This Beltane was the first High Day that I did not celebrate with formal, ADF style, ritual. This is because I was on holiday in Norway over the May Bank Holiday weekend.
However, getting close to nature by sailing on the fjords and hiking in the woods and alpine meadows, which were starting to bloom with spring flowers, certainly felt more down-to-earth authentically “Pagan” than saying scripted words at my Home Shrine.
On Beltane day itself, I found myself in a small village in the hills by a fjord called Flam. I sat on the pebble beach by the water’s edge and did a simple “Two Powers” meditation, feeling the land beneath me, the waters around me and the sky above me. The sense of connection and energy felt doing this exercise out in the wild, in one of the most beautiful natural locations on earth, was definitely more powerful than doing it at home, and made me think a lot more about doing meditation and/or ritual outdoors much more in my daily life.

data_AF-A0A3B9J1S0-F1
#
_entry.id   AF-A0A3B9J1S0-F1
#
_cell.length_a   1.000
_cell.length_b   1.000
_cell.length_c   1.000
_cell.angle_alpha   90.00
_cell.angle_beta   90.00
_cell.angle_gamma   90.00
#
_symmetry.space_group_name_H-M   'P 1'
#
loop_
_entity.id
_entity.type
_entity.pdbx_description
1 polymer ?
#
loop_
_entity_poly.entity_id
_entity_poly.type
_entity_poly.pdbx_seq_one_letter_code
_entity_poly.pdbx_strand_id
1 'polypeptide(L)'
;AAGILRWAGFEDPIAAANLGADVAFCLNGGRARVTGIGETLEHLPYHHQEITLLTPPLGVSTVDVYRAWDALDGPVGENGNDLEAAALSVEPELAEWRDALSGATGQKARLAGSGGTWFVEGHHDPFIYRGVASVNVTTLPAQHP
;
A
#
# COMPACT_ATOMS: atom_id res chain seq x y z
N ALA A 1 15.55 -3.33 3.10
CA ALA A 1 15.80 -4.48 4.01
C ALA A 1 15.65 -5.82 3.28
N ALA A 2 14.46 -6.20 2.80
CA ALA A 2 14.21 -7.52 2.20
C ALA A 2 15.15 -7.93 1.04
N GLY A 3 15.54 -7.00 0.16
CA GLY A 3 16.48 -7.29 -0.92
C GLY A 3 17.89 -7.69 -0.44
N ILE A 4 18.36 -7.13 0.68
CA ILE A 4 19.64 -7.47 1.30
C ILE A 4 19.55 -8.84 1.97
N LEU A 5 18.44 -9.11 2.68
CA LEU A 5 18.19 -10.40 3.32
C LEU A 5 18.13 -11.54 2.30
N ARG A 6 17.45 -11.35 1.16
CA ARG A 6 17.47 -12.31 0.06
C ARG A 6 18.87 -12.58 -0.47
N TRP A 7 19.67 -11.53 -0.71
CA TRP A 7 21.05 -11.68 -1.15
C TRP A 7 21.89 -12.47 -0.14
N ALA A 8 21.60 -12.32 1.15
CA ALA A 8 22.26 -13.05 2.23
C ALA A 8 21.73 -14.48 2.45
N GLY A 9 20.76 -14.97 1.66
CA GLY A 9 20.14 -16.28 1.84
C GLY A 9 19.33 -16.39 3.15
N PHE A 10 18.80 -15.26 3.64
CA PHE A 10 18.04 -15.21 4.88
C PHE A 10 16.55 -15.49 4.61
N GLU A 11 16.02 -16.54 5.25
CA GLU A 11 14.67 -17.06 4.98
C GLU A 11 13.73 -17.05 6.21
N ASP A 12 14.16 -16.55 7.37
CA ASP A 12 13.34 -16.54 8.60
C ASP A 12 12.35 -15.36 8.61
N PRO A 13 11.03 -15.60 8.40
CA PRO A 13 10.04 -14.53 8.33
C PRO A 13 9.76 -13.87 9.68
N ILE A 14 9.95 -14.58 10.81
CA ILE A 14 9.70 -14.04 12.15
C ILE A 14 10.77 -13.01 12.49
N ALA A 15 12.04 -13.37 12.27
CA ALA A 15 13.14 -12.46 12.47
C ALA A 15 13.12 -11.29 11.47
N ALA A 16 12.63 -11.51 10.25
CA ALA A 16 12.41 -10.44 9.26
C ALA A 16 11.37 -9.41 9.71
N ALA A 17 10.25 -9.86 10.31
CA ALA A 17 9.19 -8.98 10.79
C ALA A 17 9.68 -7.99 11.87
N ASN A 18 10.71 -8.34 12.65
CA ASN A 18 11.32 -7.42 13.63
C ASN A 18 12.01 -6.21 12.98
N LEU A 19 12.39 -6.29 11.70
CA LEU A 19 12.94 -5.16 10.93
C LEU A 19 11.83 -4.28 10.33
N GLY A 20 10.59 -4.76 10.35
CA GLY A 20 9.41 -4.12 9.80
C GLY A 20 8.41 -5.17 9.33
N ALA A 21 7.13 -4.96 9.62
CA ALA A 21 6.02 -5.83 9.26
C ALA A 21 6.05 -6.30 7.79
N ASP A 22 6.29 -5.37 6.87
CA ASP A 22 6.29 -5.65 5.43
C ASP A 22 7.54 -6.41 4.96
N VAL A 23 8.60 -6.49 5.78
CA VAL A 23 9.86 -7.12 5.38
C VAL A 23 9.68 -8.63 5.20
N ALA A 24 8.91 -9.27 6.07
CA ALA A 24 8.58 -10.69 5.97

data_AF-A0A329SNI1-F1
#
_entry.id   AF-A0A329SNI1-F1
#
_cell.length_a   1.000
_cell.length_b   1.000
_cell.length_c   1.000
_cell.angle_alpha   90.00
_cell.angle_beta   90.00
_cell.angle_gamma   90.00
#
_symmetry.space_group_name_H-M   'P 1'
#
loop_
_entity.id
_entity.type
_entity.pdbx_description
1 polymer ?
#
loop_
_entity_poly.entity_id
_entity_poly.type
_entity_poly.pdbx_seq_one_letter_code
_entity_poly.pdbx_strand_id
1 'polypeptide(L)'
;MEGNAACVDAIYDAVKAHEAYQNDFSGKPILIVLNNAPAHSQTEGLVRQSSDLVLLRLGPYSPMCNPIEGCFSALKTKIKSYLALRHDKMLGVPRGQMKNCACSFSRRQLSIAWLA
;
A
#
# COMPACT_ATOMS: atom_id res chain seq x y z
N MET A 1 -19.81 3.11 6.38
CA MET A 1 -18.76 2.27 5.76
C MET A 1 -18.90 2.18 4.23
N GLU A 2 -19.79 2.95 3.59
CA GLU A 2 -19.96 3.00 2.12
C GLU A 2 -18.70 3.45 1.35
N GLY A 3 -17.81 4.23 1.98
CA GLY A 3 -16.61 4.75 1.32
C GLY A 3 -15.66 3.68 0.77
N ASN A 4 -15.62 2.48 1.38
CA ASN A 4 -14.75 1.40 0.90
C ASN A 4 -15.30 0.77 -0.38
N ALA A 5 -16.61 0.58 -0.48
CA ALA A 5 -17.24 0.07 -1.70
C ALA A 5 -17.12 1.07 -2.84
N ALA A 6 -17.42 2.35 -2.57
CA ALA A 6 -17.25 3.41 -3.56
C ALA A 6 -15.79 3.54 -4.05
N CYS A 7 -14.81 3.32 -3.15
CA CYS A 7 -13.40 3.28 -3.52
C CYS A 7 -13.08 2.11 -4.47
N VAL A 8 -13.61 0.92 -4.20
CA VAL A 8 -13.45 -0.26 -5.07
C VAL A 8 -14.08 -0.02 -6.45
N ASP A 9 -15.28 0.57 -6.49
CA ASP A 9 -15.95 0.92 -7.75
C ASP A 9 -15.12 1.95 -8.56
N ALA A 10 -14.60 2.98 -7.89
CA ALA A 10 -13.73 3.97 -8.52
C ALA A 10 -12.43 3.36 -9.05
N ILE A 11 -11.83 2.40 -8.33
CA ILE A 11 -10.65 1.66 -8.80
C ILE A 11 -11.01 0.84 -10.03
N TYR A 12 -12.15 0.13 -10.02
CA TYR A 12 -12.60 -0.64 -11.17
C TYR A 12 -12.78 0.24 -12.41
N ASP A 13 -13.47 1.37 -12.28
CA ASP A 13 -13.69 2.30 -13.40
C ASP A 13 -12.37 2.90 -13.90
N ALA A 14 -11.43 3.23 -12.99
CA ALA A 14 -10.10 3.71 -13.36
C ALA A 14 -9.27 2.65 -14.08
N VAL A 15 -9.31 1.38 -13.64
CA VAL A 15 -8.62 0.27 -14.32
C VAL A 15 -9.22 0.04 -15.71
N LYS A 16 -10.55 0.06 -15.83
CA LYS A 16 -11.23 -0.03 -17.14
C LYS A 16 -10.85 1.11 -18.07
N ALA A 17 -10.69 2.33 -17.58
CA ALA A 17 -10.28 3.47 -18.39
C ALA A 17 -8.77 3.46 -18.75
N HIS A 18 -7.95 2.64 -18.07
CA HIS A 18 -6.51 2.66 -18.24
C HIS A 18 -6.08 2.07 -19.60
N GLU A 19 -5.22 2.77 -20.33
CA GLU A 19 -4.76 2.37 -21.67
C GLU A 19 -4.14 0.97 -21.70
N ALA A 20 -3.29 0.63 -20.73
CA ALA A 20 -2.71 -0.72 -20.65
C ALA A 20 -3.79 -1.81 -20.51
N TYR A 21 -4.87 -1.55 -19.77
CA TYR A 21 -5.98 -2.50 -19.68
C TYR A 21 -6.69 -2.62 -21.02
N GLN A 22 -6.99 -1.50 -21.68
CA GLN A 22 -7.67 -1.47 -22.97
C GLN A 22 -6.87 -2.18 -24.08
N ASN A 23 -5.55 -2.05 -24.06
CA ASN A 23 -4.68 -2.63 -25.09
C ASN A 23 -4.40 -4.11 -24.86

In modern Norse Paganism, the corresponding festival to Beltane (sometimes called Walpurgisnacht), is often seen as sacred to Freya, and as I was in Norway (and on Friday, Freya’s day), I drank a toast of lovely local craft beer to Freya in a brew-house built in the style of a Viking hall.
The rest of the day was spent in the company of my lovely other half, hiking, getting a train up to the snow-covered mountains, and generally enjoying being away. I bought a small Thor statue who now lives on my Home Shrine, although I am not a devotee of the Norse hearth culture, he is a nice reminder of a fantastic trip away, and a country that still seems deeply in touch with its pre-Christian Pagan heritage.